‘I spray my Lysol like I spray my Chanel cologne for men…’
(Claire Russel, Liberty Headlines) A tailor in New York City opened his shop for business last week despite the city’s shelter-in-place order, arguing that the government doesn’t have the right to decide which businesses are essential, and which ones aren’t.
“I’m opening my doors come hell or high water,” 78-year-old Eliot Rabin, who owns an Upper East Side boutique, called Peter Elliot. “Why is a liquor store essential and I’m not?” Rabin told the New York Post.
Rabin said he’s laid off 12 employees from his 21-member staff, some of whom have been with him for 35 years—yet he hasn’t received a dime of financial assistance.
“We’ve applied for every loan, every break … to no avail. We got bubkes,” he said.
Now he needs to do what’s right for his business and employees, Rabin explained, adding that his store will adhere to the federal government’s health guidelines and that the health of his employees will continue to be his top priority.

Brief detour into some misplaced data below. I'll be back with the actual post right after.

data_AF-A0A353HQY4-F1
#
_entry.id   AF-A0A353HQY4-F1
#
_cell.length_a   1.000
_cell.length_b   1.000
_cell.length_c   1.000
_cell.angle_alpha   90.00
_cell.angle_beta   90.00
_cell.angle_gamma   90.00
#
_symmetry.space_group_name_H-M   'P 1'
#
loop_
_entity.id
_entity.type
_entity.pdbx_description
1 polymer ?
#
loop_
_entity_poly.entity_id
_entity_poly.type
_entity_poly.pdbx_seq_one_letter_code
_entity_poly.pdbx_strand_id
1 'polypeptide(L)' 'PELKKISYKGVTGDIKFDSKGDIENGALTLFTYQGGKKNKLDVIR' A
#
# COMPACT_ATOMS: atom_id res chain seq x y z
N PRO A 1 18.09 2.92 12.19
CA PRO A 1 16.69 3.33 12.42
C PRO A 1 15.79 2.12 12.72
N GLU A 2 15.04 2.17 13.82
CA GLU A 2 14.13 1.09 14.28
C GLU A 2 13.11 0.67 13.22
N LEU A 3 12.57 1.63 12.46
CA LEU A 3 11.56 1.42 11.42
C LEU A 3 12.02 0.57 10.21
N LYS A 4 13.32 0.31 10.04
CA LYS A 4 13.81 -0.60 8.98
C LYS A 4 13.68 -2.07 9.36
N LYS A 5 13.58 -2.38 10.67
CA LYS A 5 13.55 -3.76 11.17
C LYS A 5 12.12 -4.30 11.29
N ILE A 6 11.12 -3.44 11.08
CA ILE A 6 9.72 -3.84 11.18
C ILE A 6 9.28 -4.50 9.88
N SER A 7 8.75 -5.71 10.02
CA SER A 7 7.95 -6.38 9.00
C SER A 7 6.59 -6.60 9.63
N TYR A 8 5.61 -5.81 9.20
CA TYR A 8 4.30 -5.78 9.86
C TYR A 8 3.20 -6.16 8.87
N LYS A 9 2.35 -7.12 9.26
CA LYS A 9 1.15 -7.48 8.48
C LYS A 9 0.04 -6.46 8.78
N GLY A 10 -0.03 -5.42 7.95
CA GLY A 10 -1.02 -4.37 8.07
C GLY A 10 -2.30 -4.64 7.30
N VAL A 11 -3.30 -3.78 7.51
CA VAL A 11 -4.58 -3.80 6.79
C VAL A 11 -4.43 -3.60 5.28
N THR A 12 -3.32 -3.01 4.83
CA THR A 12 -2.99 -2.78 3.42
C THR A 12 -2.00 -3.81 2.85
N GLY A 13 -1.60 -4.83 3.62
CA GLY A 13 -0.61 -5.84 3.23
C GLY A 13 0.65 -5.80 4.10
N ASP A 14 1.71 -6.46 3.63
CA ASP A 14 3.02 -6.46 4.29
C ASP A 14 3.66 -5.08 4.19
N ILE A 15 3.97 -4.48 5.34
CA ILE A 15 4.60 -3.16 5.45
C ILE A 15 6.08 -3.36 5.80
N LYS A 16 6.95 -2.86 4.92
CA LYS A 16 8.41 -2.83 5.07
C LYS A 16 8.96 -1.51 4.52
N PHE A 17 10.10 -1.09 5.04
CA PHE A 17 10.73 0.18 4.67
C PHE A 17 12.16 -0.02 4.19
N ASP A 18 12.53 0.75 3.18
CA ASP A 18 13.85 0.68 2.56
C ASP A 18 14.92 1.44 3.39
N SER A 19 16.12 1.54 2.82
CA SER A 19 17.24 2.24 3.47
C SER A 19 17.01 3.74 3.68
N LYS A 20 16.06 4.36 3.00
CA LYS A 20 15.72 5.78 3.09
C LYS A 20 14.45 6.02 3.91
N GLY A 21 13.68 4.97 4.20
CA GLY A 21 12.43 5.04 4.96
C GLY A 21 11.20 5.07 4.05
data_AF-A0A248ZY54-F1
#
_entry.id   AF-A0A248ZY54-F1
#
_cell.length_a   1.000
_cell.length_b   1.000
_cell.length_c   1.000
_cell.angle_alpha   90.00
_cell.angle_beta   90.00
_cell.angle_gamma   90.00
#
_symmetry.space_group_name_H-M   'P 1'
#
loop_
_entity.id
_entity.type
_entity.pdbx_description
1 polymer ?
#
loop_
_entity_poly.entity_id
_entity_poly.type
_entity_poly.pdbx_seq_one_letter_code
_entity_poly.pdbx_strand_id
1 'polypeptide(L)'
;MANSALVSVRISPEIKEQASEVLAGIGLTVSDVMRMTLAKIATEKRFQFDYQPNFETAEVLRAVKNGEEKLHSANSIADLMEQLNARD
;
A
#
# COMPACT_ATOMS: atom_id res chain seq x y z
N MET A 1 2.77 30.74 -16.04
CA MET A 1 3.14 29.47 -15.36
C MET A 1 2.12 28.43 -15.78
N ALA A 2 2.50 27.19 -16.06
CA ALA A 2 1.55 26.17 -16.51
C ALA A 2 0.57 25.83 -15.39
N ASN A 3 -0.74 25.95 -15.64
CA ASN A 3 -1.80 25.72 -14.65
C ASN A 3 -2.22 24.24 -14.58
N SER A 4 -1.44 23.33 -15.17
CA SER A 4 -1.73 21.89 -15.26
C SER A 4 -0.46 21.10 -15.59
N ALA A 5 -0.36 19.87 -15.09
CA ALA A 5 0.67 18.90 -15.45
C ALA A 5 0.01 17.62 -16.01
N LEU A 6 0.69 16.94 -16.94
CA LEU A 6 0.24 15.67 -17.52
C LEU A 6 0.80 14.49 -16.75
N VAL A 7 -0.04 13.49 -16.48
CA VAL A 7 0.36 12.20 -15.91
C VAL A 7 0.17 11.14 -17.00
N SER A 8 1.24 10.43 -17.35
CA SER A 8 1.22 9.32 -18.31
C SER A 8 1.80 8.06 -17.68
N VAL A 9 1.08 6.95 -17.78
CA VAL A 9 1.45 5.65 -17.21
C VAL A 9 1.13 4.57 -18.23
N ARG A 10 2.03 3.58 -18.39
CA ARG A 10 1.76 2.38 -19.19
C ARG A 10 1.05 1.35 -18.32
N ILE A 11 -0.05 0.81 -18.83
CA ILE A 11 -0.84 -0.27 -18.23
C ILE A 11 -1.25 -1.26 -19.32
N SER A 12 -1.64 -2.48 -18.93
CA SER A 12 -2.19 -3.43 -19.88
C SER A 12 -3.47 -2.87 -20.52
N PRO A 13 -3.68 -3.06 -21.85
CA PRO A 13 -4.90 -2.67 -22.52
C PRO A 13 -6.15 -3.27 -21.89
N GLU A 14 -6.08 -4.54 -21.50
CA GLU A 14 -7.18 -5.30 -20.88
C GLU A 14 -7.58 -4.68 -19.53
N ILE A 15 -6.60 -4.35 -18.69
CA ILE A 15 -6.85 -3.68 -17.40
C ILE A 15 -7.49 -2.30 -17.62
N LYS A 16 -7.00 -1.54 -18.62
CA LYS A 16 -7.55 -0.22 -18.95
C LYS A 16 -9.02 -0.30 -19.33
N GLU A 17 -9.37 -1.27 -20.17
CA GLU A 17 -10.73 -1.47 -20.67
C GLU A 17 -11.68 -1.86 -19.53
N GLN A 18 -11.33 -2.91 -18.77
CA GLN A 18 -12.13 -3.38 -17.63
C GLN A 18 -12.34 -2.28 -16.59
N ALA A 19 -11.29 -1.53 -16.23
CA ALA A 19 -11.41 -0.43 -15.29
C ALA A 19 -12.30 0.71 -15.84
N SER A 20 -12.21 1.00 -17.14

He only has two employees in the store at a time, and each is expected to wear a medical mask while working.
Rabin also plans to limit how many customers he has in the store at a time, according to the Post.
“I spray my Lysol like I spray my Chanel cologne for men,” Rabin said.
Several customers have returned to Rabin’s store since he reopened, he told the Post, and Rabin has already begun to receive requests for large social gatherings in the near future, such as bar mitzvahs and weddings.
Some of his clients are still worried that they’ll get in trouble, but Rabin said he isn’t worried.
“If I do get in trouble, it will be for the right reasons. What are they going to do? Yell and scream at me? Fine me $500?” Rabin said.
“It would be worth it, for me to be able to open my mouth and say this is not equitable,” he continued. “If they try to arrest me, I’ll say, ‘Am I in a police state now?’ They’re not going to arrest me.”
Rabin said the only thing he’s worried about is doing what’s right for his business and his employees.
“I’m fighting for the soul of my company and my people,” he said. “I’m doing what I think is right to protect my business and employees from this disaster.”